The pressure to be happy during the holidays can often backfire, causing feelings of isolation and depression.

“There’s always this pressure to have the ‘Holiday Spirit,’ and that can really be asking a lot of someone, especially if they’re already struggling with any of the previously mentioned reasons why many people struggle with negative emotions during this time of year,” Sanghvi says. “Sometimes you just may not feel as festive and joyful about the holidays as others in your life (for a variety of reasons) and it may be hard for you to talk about those feelings for fear of ruining the mood. This in turn can cause you to feel more isolated and alone, which can lead to depression.”

What to Be on the Lookout For

So, there can be a lot of contributing factors to why you may feel down this time of year. But what kind of symptoms should you be on the lookout for?

  • Having low energy and feeling sluggish
  • Feeling listless, sad, or down most of the day nearly every day
  • Not having interest anymore in activities you used to enjoy
  • Sleeping too much
  • Overeating and weight gain due to having carbohydrate cravings
  • Loss of motivation
  • Feeling hopeless, worthless, or guilty
  • Having trouble concentrating
  • Experiencing thoughts of not wanting to live

How to Feel Better

Experiencing low spirits during a time celebrated for its happiness can intensify negative feelings about yourself. You might feel ungrateful, disrespectful, unappreciative, or believe that something is "wrong" with you. However, Sanghvi suggests not blaming yourself for these feelings. Instead of feeling guilty, try a different approach and recognize and accept your emotions.

“Probably the most important thing a person could do is have a good grasp of exactly how they are feeling and recognize that those feelings are legitimate and must be paid attention to,” he explains. “Some people bottle up emotions or sweep them under the rug, but this tends to make the situation worse. So-called negative feelings like sadness, anger, and boredom exist for a reason and are telling you something that you need to listen to and address in a healthy manner.”

Expressing your feelings in conversation not only validates them but also lets someone else understand your emotional state. The simple act of sharing what you are going through emotionally can help you to connect to others, helping to alleviate the sense of isolation, which can have a positive impact on depression and anxiety symptoms.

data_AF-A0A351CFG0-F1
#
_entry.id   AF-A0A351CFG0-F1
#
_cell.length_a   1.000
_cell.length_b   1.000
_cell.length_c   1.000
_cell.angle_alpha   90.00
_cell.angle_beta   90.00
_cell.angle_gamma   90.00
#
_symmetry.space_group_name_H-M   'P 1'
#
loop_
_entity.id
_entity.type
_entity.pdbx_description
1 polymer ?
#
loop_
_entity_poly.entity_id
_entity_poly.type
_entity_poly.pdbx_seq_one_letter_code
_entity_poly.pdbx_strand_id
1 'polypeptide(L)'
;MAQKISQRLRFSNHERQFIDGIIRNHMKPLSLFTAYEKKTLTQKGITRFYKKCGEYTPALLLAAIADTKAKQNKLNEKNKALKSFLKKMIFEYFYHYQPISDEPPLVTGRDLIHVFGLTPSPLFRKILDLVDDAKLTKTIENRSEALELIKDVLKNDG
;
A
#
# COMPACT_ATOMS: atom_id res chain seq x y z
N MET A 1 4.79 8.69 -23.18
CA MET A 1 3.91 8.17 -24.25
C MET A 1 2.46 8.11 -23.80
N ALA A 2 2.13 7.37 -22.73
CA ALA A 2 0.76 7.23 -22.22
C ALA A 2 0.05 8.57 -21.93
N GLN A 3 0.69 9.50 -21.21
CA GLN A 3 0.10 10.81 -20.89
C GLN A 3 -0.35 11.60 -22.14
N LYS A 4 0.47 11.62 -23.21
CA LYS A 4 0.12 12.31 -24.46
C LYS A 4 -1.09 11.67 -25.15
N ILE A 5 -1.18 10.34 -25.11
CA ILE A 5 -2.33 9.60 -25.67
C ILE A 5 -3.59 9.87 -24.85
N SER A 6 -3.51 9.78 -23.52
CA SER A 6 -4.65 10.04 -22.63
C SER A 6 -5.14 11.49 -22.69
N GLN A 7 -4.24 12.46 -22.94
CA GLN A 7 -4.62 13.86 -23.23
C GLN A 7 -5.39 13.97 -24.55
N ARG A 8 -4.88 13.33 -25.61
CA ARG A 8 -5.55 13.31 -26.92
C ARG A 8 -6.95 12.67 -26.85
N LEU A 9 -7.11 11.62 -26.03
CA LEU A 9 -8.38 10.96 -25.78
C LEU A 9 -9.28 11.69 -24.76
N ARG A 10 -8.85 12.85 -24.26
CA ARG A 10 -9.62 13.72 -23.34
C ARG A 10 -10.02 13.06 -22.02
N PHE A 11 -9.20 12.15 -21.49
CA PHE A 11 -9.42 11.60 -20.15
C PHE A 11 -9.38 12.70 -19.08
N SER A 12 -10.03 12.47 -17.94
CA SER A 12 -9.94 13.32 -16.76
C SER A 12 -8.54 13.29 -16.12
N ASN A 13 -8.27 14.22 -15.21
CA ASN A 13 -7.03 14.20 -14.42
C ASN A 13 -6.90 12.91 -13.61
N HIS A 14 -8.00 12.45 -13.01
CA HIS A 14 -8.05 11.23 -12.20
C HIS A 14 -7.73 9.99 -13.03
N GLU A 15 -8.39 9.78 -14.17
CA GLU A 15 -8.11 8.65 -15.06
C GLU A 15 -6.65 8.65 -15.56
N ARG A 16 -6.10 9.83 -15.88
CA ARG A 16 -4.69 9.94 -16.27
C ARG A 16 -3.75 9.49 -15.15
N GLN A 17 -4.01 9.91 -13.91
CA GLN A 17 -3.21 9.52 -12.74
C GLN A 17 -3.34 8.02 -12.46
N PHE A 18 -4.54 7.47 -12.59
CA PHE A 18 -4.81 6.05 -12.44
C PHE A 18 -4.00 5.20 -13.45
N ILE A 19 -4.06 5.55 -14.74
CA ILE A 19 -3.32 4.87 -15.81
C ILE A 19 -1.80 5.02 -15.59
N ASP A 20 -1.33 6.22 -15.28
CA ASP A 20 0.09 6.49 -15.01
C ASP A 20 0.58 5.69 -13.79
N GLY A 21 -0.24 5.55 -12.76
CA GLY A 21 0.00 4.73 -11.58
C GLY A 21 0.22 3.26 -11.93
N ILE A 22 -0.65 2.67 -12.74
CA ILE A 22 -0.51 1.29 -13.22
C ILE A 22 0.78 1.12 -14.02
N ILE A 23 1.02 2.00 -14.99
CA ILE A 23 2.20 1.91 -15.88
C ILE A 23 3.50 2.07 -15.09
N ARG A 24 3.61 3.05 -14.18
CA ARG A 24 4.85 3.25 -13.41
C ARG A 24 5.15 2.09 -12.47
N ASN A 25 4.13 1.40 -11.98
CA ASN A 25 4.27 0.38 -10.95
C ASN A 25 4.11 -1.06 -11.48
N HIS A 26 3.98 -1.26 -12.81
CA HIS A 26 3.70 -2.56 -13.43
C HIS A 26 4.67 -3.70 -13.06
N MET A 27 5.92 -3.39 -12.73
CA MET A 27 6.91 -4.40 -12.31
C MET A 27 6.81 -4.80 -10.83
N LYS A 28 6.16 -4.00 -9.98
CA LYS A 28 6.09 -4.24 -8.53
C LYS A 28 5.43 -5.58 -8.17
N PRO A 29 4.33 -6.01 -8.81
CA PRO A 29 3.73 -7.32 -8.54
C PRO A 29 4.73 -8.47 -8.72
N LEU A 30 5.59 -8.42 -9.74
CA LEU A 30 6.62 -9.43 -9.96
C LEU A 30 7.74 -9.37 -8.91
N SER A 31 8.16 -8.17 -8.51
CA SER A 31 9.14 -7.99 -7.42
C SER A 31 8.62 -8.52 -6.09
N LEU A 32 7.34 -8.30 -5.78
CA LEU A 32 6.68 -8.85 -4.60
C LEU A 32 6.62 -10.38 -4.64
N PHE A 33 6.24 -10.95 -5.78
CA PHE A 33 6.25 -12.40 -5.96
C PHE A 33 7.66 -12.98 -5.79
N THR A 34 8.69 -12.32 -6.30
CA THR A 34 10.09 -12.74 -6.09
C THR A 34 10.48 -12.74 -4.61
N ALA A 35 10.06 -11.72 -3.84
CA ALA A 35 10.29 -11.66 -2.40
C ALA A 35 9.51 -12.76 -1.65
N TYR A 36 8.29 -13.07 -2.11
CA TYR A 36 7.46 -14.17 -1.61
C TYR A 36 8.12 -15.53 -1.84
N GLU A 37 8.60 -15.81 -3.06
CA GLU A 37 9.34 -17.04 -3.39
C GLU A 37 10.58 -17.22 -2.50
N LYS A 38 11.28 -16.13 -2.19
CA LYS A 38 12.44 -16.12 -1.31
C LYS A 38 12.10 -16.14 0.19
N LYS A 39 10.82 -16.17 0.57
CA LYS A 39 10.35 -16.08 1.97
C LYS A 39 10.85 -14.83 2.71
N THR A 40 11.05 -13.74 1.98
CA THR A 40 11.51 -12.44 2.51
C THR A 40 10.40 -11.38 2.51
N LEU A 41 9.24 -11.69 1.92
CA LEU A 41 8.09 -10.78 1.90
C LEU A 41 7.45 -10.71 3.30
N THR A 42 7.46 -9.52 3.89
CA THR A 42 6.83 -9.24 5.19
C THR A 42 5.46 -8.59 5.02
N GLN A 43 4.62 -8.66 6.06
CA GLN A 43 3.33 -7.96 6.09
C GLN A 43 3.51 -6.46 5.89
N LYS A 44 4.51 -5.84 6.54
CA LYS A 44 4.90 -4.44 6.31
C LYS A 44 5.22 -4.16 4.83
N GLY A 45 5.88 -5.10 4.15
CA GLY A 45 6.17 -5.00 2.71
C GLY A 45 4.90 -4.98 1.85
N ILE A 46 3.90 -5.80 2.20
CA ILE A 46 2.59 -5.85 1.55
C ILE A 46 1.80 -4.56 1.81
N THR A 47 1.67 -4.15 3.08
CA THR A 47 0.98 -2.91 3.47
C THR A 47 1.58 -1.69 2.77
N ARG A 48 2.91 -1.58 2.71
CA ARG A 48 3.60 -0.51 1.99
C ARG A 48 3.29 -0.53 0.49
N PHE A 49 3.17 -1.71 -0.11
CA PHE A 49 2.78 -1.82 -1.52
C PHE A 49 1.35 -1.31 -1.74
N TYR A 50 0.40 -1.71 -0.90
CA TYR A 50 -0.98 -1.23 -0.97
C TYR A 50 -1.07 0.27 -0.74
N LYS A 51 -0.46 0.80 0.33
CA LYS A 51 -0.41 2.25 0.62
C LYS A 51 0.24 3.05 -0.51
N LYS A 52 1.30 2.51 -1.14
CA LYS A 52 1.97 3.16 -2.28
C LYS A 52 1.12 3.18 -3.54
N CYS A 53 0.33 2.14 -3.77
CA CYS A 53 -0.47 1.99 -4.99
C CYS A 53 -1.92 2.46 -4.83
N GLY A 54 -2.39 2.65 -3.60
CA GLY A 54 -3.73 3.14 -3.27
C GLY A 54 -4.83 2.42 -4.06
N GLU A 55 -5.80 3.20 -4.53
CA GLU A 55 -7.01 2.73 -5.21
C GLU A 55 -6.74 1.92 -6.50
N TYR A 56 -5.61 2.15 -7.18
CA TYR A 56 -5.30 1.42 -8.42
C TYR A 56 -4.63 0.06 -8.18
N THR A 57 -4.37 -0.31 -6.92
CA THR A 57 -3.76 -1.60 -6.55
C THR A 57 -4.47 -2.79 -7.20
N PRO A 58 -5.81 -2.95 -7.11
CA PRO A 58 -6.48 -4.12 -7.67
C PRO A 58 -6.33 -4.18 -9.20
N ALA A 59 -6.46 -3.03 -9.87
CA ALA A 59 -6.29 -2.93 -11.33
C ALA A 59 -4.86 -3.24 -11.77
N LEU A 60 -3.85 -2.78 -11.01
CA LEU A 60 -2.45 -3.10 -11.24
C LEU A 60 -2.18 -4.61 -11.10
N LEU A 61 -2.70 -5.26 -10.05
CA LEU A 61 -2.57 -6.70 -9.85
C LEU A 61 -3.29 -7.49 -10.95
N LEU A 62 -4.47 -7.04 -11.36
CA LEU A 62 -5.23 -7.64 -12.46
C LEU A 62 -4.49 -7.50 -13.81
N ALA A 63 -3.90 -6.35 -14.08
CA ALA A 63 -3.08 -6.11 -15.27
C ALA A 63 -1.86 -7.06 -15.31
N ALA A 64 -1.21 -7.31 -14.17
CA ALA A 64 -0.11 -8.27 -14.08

“Explain that this year you are just not feeling like yourself and need to take some time out to help yourself get back to feeling more like yourself. Remind others of your love and appreciation for them, but that you just want to deal with some things on your own,” Sanghvi explains. “Doing so helps others understand that your inability to ‘join the festivities’ has nothing to do with them or how you feel about them and that when you are feeling better you will re-engage and enjoy everyone’s company.”

If you think your negative emotions could be influenced by the weather, or SAD, Sanghvi says there are special therapy lamps available that can help mimic the sunlight (minus those harmful UV rays!)

Moreover, Sanghvi emphasizes the heightened importance during this season of maintaining healthy habits. This not only helps fend off common colds and illnesses that often emerge at this time but also safeguards your mental well-being.

This involves adopting a nutritious diet, ensuring adequate sleep, participating in regular exercise, steering clear of excessive tobacco, alcohol, and drug use, and moderating your exposure to the internet, television, and social media—especially if you feel overwhelmed by information overload. Even with a busier schedule than usual, make room for simple yet effective self-care practices, such as taking a walk, listening to favorite music, audiobooks, or podcasts, or indulging in a relaxing bath—whatever brings you joy.

Finally, Sanghvi underscores the significance of being realistic and honest with yourself and others, emphasizing that it can significantly alleviate the stress you might be putting on yourself during this time of year.

“If you’re not feeling chipper during the holidays, be honest, transparent, communicative, and non-apologetic about what you are going through. Especially with yourself, recognize that you are human, and everyone has periods when they don’t feel great and need some time for self-nurturing,” he explains. “The holidays don’t have to be perfect in order to be enjoyable and valuable.”

The holidays can be a difficult time for some. If you or someone you know is struggling this holiday season, visit Texas Health Behavioral Health or call the help line at 682-549-7934, which is available 24/7.

We use cookies and similar technologies to enhance your experience on our website and help us
understand how our site is used as described in our Privacy Statement and Terms of Use. By
using this website, you are agreeing to our Terms of Use.
Accept and Close